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Cooking Rice

Hundreds of rice varieties are grown throughout the world. All can be categorized as long, medium or short grain. Small as it is, it is ranked as the major food in many Asian countries. People have been accustomed eating this kind of food and try many ways for cooking rice to obtain different flavor.

It seems that everyone has a different way of cooking rice. Here are a few of the approaches I have been told from my friends. The first one: bring a large pan of water to a rolling boil. Add the rice and stir for while. After seven minutes, drain the water off using the pan lid. Leave for another seven minutes with the lid on, then cook the rice for 15 minutes. When the light goes off wait for five more minutes, then serve.

Another efficient way of cooking rice I found is to cook rice on a stove. It takes about 35 minutes. This method works for both short grain and long grain rice. Here are the instructions: to begin with, put the rice and water together in a pot with a lid and in general, use the ratio of 1.5 cups water to 1 cup rice. Set the heat to maximum, and bring the rice with water to a boil uncovered. Then put the lid on the pot, and reduce the heat to simmer for 20 minutes. If your lid has a steam valve, keep it closed. Turn off the heat, and let the rice sit in the covered pot for another 10 minutes. I prefer my rice to be slightly chewy, not too mushy, so I usually remove the lid after 10 minutes at once.

Many cooks favor the absorption method for cooking rice. Measure the rice by volume in a measuring jug allowing about 65ml per person. Stir in about double the amount of liquid and simmer in a covered saucepan for about 15 minutes. Remember not try to stir the rice while it is boiling. Remove the pan from the heat and place a clean tea towel under the lid for five minutes to help absorb the steam and keep the grains separate. Fluff up the rice with a fork before serving.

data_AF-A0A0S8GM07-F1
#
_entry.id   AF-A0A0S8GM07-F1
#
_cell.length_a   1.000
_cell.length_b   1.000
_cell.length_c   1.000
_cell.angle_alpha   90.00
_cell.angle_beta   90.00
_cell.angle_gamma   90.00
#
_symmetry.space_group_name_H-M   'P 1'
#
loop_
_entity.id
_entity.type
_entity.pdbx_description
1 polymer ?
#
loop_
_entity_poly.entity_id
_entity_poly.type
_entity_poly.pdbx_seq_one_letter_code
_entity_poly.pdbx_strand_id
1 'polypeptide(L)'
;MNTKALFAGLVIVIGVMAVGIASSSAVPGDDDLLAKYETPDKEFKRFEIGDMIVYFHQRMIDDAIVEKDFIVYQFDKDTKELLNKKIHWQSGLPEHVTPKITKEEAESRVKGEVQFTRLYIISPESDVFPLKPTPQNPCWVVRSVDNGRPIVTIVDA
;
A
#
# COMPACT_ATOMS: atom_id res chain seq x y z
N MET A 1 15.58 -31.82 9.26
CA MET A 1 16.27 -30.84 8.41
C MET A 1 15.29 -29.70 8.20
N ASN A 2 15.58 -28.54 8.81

As for the time of cooking rice, it varies according to the specific shape and variety, the age of the grain, the degree of processing or pearling, and the type of dish in which it is being used. The best advice is to follow recipe instructions or the method on the packet. In addition, cold, cooked rice can be thrown into salads or soups, or used to stuff vegetables such as peppers or aborigines. One thing that should be always kept in mind: cooked rice that is left standing around can cause food poisoning. If you are cooking rice in advance, then cool it down as quickly as possible ideally within one hour, and then store in the fridge for no more than a day.

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